The HTTPI::Request object should support every option you might need to specify. It can be created with a request URL, an options Hash or no arguments at all."") "", open_timeout: 15)

Of course, every Hash option also has its own accessor method.

request.url = ""
request.url # => #<URI::HTTP:0x101c1ab18 URL:>
request.url = ""
request.query = "q=query"
# or
request.query = {:q => "query"}
request.url.to_s # => ""
request.proxy = ""
request.proxy # => #<URI::HTTP:0x101c1ab18 URL:>
request.headers["Accept-Charset"] = "utf-8"
request.headers = { "Accept-Charset" => "utf-8" }

request.headers # => { "Accept-Charset" => "utf-8" }
request.body = "scary monsters and nice sprites"
request.body # => "scary monsters and nice sprites"

request.body = { user_id: 123, active: false }
request.body # => "user_id=123&active=false"
request.open_timeout = 30 # seconds
request.read_timeout = 30 # seconds
Chunked Responses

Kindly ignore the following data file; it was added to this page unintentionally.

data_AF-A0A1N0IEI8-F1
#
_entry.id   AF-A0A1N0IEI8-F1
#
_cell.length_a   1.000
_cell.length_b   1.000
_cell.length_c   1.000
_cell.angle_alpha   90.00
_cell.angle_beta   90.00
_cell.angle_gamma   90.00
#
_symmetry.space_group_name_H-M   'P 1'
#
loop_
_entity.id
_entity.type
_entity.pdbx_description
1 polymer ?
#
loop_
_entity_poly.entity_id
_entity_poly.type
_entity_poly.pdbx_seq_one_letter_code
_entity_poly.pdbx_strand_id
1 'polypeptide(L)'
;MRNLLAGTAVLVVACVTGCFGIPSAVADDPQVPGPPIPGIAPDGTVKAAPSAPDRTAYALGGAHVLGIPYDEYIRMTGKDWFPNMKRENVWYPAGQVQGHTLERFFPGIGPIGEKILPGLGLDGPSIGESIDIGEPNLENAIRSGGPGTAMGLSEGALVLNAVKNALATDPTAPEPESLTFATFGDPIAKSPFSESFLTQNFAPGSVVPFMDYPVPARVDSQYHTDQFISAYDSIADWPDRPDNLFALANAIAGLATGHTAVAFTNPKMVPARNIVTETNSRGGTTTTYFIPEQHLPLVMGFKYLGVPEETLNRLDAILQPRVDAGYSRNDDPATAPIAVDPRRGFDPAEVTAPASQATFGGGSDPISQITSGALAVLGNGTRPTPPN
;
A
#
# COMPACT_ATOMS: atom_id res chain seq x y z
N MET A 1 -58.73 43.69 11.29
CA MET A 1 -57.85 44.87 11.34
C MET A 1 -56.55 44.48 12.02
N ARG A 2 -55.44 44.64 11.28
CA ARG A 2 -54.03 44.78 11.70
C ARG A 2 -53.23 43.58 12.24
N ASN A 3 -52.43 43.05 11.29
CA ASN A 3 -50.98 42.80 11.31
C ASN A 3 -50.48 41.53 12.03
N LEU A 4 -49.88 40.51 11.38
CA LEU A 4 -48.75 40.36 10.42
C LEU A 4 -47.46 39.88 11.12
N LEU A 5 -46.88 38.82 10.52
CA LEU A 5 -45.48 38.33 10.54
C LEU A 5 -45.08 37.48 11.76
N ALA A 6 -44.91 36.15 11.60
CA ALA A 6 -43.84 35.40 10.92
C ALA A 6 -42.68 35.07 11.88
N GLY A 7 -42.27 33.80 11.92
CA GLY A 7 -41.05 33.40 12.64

response_body = ""
request.on_body do |body|
  response_body << body
response_body # complete body


HTTPI::Request supports HTTP basic and digest authentication.

request.auth.basic("username", "password")
request.auth.digest("username", "password")

The :curb adapter provides support for HTTP Negotiate/SPNEGO (aka Kerberos) authentication.


For NTLM authentication, HTTPI ships with a solution build on top of the :net_http adapter and the Ruby/NTLM library. The configuration method accepts an optional third parameter to specify a domain. If the domain is omitted we assume that you want to authenticate to the local server.